FW:  Protecting gun owners is not actually what the gun industry and the NRA are concerned with. What they’re concerned with is selling guns. Massacres, unfortunately, help sell guns. Chaos helps sell guns. Fear helps sell guns. None of those three things are aided by safe-storage laws. So you can’t really expect the gun industry to be terribly interested in doing things that are going to reduce fear and enhance rationality. We constantly see cases of children being shot or shooting when they get their hands on a firearm that their mother or father has left carelessly somewhere. But again, fear and chaos breed gun sales, and it’s a very cynical business.

SGC: Just weeks ago, the New England Journal of Medicine showed that guns are now the leading cause of death among children and adolescents. That is ahead of traffic crashes, drug overdoses, drowning and of course ahead of Covid-19. There are many things parents worry about, and yet guns are the biggest cause of death.

FW: Part of that is also suicides, which is a big part of gun violence. The majority of gun killings in the United States are suicide. 

SGC: The Harvard School of Public Health reported that more people kill themselves with a firearm than are murdered by one; 85% of people who attempt suicide with a gun succeed compared to just 3% of people who attempt suicide via drug overdose, and suicide is the 10th-leading cause of death in the US. Why don’t we focus more on suicides and why do we focus so much on homicides when it comes to guns?

AN: One thing that I would really like to do is decouple the idea of mental health and guns. The US does not have a higher rate of mental illness compared to other countries, but we do have a higher rate of gun violence. And often those who have mental-health issues are not taking a gun and shooting others. Instead, they inflict self-harm.

One of the excuses people often say when they’re talking about guns is “Oh, it was just a person who was mentally ill.” That vicious cycle just continues to repeat. Often mental illness is the scapegoat, but gun control is a public-health issue. And we need to really reframe the conversation on a national level, because we are the only industrialized nation with 288 school shootings since 2009. 

SGC: Frank, you recently spoke to a father in Philadelphia who said that it was easier for teenagers to get guns than to buy cigarettes. And cigarettes and Big Tobacco have obviously been subjected to plenty of lawsuits. Might there be a model here that could let us have some creative ways of solving this problem?

AN: It’s incredible just how many similarities there are historically between the NRA and Big Tobacco. Many of the health risks of cigarettes were hidden and covered up by Big Tobacco. It was only very recently in my lifetime that cigarettes became a public-health issue. The surgeon general’s warning on boxes of cigarettes, changing the age, showing ID — there are so many tighter measures now, and all this was fueled by the American people. In many ways, guns are the cigarettes of 2022. We won against a lobby because of the American people’s will to fight and change things. We need to do the same with the NRA with gun control, because in many ways the American people — like with cigarettes back in the 1980s — are against guns and gun violence and want stricter control.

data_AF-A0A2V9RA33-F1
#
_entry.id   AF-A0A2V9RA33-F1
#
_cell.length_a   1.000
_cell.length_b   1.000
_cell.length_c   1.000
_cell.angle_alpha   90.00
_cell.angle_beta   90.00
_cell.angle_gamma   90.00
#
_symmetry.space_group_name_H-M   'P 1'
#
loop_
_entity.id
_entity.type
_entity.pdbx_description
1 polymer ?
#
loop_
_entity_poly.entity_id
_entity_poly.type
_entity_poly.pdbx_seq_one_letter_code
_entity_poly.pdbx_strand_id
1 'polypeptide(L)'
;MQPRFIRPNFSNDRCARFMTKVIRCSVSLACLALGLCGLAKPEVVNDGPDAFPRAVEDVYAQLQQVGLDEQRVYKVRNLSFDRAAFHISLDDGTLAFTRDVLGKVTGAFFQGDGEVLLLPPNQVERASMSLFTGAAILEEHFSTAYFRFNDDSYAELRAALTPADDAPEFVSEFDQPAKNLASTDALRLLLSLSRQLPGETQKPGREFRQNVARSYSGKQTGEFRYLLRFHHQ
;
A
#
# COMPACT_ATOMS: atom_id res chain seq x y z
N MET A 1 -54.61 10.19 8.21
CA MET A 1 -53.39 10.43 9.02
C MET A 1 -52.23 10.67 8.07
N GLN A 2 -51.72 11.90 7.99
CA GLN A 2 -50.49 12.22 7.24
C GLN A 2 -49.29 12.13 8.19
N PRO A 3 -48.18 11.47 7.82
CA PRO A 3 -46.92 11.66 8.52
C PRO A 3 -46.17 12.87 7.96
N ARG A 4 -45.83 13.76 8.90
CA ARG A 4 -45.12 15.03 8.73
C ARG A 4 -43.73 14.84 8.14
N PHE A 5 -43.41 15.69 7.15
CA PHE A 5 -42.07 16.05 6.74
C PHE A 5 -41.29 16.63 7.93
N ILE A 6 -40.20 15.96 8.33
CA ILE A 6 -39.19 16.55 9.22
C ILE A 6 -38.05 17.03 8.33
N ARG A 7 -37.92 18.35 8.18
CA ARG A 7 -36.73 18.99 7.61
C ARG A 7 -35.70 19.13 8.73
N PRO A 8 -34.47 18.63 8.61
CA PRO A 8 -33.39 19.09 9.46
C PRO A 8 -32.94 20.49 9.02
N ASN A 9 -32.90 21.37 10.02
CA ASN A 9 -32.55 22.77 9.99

SGC: I am always struggling on these days to focus on anything but shootings like this. I’m bizarrely grateful to have my job as a distraction. If I had to do something that wasn’t related to this topic today, I don’t know how I would be able to focus on it.

AN: In moments like these, our mental health, both individually and collectively, is incredibly important. Many of us haven’t even fully grieved the Buffalo shooting, and now this happens. It’s smart to manage our social media use and our news feeds and all of the things that we do online. As someone who works in public health, I urge everyone to take care of your mental health during this time. Reach out to loved ones you know. Hug your kids if you have them. If you’re a parent, just take care of yourselves, because it is a really difficult and emotional time. I can only imagine the parents of those children.

This column does not necessarily reflect the opinion of the editorial board or Bloomberg LP and its owners.

Sarah Green Carmichael is a Bloomberg Opinion editor. Previously, she was managing editor of ideas and commentary at Barron’s and an executive editor at Harvard Business Review, where she hosted “HBR IdeaCast.”

Francis Wilkinson is a Bloomberg Opinion columnist covering U.S. politics and policy. Previously, he was an editor for the Week, a writer for Rolling Stone, a communications consultant and a political media strategist.

More stories like this are available on bloomberg.com/opinion

Jyoti

Jyoti

Jyoti Upadhyay is a young digital marketing executive with an avid interest in content writing. She believes that there is something new to learn every day and from everyone. You can find more details about her, here.